TDS Not Deductible on Payments By Shoppers Shop to Vendors on ‘Sales or Return’ (SOR) Agreement’ Supply

Shoppers Stop, a well-known retail chain, has won a legal battle against the Revenue authorities. The Mumbai Income Tax Appellate Tribunal (ITAT) has upheld the decision of the Commissioner of Income Tax (Appeals) (CIT(A)) in a case involving the applicability of Section 194C of the Income Tax Act. The ITAT held that the payments made by Shoppers Stop to various vendors for the procurement of apparels and footwear under the ‘Sales or Return’ (SOR) agreement are not in the nature of a ‘work contract’, and therefore, the provisions of Section 194C are not applicable.

The dispute arose when the Revenue authorities conducted a survey on Shoppers Stop and discovered that the retailer had entered into agreements with various vendors for the resale of apparels, clothing, footwear, and accessories through its retail outlets and online marketplace. The Revenue authorities claimed that these products were manufactured by the vendors as per Shoppers Stop‘s pre-approved designs, and therefore, the contract between the retailer and vendors was a ‘contract of work and labour’ not ‘contract of supply’ and covered within the ambit of ‘works contract‘ under Section 194C. The Revenue authorities held that Shoppers Stop had not deducted tax at source on such payments under Section 194C and was therefore an assessee-in-default for Rs. 36.99 crore, apart from interest under Section 201(1A).

However, the CIT(A) held that Shoppers Stop had purchased goods from these vendors under the ‘Sales or Return’ arrangement and that it was not in the nature of a works contract. Accordingly, the CIT(A) deleted the demand raised under Section 201(1)/(1A). The Revenue authorities challenged this decision before the ITAT.

The ITAT referred to the provisions of Section 194C, which define the term ‘work‘ in an inclusive manner, and noted that only if the ‘work contract’ undertaken by the payee falls within the above definition of ‘work‘, as specifically defined in the section itself, would the provisions of Section 194C become applicable. The ITAT opined that the Revenue authorities had incorrectly observed that ‘work‘ was not defined in the section and relied on other dictionaries. The ITAT also referred to the Memorandum Explaining the Finance (No.2) Bill, 2009, whereby the definition of ‘work’ was amended to specifically exclude manufacturing or supplying a product according to the requirement or specification of a customer by using raw material sourced from a person other than such customer.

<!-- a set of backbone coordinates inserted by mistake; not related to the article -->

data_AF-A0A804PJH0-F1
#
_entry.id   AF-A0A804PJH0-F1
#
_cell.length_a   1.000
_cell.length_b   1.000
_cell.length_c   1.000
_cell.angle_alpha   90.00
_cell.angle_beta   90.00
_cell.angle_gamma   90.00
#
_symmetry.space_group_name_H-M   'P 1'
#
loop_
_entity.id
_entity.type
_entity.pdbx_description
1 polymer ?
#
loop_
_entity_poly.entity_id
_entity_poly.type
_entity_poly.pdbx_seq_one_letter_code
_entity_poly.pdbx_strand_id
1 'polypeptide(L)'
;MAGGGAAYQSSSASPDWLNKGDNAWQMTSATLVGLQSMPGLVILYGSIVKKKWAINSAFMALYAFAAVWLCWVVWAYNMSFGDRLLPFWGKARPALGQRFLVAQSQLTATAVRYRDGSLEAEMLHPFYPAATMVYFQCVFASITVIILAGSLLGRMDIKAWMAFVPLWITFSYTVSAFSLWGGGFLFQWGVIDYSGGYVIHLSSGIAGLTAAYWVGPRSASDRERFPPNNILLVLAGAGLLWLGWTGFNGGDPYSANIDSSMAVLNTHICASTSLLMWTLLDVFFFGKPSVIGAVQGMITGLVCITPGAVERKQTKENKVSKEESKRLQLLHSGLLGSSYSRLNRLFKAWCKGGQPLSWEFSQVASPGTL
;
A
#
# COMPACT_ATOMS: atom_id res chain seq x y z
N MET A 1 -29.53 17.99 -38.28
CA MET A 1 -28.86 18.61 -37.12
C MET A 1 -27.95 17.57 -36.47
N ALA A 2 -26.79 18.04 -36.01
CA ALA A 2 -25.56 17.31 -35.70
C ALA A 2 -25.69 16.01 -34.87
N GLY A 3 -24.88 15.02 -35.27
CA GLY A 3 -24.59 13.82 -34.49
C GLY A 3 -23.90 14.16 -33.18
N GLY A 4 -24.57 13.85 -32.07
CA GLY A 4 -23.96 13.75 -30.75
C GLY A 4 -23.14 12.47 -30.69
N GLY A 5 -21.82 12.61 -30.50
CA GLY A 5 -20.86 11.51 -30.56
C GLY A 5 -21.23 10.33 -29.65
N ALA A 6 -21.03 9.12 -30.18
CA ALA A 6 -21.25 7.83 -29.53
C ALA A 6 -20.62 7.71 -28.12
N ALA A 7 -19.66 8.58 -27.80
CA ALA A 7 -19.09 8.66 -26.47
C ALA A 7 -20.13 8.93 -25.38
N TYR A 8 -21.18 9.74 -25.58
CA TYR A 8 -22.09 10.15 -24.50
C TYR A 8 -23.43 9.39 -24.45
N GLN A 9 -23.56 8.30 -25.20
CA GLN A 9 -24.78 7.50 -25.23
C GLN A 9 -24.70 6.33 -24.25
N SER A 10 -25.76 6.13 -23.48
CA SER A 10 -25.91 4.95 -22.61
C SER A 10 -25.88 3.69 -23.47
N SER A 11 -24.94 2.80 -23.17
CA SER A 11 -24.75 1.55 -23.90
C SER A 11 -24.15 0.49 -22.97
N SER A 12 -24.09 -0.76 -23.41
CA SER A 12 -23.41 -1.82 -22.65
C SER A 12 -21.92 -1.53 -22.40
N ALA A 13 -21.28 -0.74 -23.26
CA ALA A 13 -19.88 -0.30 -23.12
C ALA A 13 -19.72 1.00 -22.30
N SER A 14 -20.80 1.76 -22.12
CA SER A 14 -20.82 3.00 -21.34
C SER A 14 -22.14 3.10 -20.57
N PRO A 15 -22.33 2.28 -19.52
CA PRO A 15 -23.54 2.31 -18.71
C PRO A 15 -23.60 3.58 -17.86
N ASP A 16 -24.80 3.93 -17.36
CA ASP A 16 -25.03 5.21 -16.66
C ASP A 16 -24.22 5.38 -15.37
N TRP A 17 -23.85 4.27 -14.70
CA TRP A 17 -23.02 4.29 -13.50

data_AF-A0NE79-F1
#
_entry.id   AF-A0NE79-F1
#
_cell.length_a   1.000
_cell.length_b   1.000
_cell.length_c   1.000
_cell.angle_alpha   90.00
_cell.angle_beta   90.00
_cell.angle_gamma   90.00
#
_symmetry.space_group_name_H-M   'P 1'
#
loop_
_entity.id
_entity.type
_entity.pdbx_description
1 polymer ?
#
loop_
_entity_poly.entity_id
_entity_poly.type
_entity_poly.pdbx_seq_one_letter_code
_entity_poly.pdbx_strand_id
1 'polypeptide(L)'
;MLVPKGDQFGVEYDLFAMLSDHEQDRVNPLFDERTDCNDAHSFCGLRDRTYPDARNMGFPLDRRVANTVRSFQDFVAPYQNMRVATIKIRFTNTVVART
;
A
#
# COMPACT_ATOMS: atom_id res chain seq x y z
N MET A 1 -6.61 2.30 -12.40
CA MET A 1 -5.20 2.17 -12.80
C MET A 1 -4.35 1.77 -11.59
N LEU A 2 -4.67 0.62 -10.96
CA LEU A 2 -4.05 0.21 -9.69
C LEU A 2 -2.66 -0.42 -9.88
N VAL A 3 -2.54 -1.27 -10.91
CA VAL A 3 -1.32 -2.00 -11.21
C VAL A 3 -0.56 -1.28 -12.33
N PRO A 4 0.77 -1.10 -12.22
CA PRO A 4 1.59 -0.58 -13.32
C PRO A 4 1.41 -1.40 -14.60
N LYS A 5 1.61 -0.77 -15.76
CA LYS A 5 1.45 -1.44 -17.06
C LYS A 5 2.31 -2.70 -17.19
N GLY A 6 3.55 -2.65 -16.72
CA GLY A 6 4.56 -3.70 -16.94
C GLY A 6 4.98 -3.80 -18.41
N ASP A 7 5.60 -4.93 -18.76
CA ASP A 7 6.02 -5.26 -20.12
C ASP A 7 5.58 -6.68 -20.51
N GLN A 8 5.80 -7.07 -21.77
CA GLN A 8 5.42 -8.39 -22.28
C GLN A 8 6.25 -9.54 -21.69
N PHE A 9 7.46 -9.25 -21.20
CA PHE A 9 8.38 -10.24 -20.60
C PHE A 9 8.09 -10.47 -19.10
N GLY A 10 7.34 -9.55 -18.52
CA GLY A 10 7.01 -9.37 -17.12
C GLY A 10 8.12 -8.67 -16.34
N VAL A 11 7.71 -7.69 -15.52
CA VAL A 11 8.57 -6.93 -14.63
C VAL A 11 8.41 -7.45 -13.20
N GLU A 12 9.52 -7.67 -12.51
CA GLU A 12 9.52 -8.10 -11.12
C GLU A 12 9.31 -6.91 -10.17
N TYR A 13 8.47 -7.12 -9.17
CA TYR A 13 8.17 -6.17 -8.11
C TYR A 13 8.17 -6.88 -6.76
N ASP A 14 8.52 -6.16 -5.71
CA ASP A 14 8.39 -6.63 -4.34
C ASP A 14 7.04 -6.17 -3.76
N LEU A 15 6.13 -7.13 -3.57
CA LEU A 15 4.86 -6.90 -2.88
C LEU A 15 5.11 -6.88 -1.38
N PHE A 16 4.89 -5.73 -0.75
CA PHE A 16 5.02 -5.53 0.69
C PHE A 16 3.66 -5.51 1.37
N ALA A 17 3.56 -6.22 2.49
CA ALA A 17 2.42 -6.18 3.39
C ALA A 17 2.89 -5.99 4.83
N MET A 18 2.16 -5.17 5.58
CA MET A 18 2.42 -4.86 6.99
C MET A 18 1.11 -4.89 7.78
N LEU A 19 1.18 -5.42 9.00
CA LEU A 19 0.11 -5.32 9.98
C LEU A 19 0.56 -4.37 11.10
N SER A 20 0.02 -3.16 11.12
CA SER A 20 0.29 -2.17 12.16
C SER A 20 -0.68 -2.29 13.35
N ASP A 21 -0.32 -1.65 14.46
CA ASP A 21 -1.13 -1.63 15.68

The ITAT observed that in the present case, Shoppers Stop sourced products from various reputed brand owners-cum-manufacturers such as Fossil, Arvind Lifestyle, Titan, etc., on an outright or SOR basis. The ITAT noted that the retailer neither provided specifications or designs nor did it provide raw materials in relation to these goods. The title, risk, and property in the goods passed to Shoppers Stop upon sale, issuance of invoice, and delivery of goods at their outlets. The ITAT also pointed out that the vendors not only supplied their products to Shoppers Stop but also to different retailers and franchise showrooms. Therefore, the ITAT upheld the CIT(A)’s finding that the SOR arrangement with these vendors was in the nature of the supply of goods and not a works contract.

The ITAT further pointed out that even the terms of the contract specified that Shoppers Stop did not enjoy any right to place orders for the manufacture of any new product but instead only exercised the right to choose from various product offerings from the array of products manufactured by these suppliers. The ITAT held that “Such supply, being independent of raw material sourcing, cannot be categorized as ‘works contract‘ as contemplated in Explanation to Section 194.

[ACIT v. Shoppers Stop Ltd. [TS-976-ITAT-2022(Mum)] – date of Judgement : 02.12.2022 (ITAT Mumbai)]

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Tax Deducted at Source (TDS) is a type of tax that is deducted by the payer of the income, and deposited with the government on behalf of the payee. The provisions of TDS are governed by the Income Tax Act, and can be complicated for individuals and businesses to understand.

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